There has been an effort by some of the theist posters to make science and math just another kind of religion, based on faith. Some of the atheist posters have rejected that classification. I might go that route also, but for now I have what appears to be a different agenda.
Perhaps it's partly because I was a member of a highly proselytizing church (Mormon), but I feel a need to promote the benefits of science and announce the failures of religion. I see religion as a detriment to the more rapid development of society. Too much time and money have gone and still go to support religion and other superstitions around the world.
In Utah, for example, there are large blocks of land with LDS churches on them. Every Sunday the buildings are full. During most evenings they are being used, sometimes even during the days. Imagine how much faster Utah society could develop if these meeting houses were converted into something else such as training for science / math / artistic / vocational / physical health / financial personal development or welfare centers? What if the good Mormon people spent the time they used to spend doing Mormon callings and learning about the religious ideas of a fictitious carpenter (Jesus of Nazareth) and of a sexually-active treasure hunter (Joseph Smith) to, instead, learn something that can really benefit them.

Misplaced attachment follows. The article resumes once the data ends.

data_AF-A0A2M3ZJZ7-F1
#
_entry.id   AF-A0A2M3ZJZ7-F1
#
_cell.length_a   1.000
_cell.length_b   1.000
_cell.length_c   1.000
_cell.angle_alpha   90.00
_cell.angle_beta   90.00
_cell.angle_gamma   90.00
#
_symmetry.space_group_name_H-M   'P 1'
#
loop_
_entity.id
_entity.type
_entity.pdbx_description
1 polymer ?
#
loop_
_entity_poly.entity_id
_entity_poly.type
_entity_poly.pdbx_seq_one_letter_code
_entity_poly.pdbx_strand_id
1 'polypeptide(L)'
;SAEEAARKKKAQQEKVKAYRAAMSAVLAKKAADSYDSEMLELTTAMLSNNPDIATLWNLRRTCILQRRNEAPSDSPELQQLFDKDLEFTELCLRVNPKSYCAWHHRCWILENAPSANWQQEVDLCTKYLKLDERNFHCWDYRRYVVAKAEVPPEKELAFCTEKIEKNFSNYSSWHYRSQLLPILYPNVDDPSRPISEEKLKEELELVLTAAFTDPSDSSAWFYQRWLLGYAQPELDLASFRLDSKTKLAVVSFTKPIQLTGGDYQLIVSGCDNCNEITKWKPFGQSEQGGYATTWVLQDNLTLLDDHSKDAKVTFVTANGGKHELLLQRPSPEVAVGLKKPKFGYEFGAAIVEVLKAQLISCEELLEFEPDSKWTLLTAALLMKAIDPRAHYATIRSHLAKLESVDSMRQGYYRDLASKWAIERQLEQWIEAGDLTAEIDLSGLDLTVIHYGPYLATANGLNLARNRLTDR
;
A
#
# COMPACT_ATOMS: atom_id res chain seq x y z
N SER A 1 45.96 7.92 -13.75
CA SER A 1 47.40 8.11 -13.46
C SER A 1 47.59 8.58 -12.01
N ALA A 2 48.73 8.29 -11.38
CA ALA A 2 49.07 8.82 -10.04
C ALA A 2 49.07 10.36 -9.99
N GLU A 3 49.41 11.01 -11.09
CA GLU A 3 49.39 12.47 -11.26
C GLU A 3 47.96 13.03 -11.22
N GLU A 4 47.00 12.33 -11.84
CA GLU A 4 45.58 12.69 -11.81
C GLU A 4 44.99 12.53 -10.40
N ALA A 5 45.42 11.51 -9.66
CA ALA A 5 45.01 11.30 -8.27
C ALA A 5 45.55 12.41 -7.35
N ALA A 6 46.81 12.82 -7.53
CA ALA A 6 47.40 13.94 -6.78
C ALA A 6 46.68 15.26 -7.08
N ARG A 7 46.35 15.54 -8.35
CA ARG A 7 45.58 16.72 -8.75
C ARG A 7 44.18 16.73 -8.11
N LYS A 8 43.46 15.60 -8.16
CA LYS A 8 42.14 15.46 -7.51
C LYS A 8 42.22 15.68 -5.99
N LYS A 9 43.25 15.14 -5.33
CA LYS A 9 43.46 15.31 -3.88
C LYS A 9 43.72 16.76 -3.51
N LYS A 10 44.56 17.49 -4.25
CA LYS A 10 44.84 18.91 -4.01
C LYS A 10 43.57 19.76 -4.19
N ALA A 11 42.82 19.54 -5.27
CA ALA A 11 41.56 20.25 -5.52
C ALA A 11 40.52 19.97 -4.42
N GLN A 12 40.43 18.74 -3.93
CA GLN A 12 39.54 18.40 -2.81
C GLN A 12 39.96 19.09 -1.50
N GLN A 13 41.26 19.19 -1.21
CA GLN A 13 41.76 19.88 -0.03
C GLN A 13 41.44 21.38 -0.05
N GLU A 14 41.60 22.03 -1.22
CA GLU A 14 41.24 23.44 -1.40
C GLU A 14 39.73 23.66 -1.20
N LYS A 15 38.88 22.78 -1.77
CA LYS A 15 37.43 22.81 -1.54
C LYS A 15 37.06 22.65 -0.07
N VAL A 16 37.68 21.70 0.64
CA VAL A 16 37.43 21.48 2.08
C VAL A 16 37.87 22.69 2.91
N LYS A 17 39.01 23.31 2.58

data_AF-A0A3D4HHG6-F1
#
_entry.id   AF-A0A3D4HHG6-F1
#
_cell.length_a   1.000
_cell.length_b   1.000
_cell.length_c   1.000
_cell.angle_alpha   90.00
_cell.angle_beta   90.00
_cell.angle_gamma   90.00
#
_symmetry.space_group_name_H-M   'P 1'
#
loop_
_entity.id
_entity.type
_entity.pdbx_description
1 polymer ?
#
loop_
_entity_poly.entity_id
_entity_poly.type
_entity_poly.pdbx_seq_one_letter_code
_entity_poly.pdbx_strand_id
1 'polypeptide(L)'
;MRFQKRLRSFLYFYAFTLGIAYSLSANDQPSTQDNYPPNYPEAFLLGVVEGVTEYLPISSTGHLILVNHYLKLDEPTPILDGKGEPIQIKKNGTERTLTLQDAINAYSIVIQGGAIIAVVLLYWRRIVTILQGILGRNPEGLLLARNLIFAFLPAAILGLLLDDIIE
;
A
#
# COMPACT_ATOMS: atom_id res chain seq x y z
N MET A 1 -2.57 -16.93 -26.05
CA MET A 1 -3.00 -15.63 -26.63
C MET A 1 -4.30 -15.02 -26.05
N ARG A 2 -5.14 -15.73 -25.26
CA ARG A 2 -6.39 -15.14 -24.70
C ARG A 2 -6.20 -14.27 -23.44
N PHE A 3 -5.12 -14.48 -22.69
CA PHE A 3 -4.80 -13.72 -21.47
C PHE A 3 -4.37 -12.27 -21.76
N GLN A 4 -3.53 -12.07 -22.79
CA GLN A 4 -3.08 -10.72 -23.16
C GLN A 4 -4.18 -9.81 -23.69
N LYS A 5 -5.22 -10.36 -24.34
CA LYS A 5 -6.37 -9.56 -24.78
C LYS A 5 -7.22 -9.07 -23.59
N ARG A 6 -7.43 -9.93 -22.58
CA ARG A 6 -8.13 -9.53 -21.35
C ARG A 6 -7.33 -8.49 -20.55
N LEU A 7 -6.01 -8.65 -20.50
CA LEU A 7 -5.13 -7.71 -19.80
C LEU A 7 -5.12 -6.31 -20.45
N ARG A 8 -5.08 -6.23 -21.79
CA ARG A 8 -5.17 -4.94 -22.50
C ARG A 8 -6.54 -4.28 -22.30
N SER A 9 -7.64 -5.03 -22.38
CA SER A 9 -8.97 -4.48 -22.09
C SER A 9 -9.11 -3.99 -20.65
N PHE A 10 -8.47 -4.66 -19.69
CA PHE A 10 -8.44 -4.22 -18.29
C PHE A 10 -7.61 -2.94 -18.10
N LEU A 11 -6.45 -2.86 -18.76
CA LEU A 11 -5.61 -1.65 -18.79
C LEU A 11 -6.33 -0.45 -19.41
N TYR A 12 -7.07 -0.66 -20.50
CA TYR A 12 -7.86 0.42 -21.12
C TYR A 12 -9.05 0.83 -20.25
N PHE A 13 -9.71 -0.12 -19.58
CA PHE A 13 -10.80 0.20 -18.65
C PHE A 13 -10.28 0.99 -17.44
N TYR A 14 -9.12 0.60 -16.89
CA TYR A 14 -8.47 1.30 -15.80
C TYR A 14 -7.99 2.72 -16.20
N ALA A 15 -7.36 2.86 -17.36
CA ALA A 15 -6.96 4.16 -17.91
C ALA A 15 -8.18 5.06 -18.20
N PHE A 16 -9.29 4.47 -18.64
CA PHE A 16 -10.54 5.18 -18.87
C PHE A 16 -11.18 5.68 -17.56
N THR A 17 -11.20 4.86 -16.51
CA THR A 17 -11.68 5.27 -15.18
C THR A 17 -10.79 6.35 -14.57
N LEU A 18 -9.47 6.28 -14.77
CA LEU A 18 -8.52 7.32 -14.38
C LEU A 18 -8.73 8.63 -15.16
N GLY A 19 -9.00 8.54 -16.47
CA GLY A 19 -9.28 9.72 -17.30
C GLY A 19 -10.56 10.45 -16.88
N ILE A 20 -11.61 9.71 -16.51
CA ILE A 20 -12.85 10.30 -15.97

The government should not oppress free thought (even religious thought), but if the Mormons would elect to leave their church in huge numbers and purchased the unused meeting houses to do more beneficial things, that would be nice, in my view.
If religious people around the world unitedly cast off the superstitious shackles of religion and converted religious buildings around the world into houses of real learning and progress, what a better place the world could be!
Realistically, I don't expect religion and superstition to fall so easily. My hope is that the slow, gradual process I see happening now continues and perhaps accelerates slightly in the future.
Debating thoughtful theists on sites like this one is a part of that immancipation process.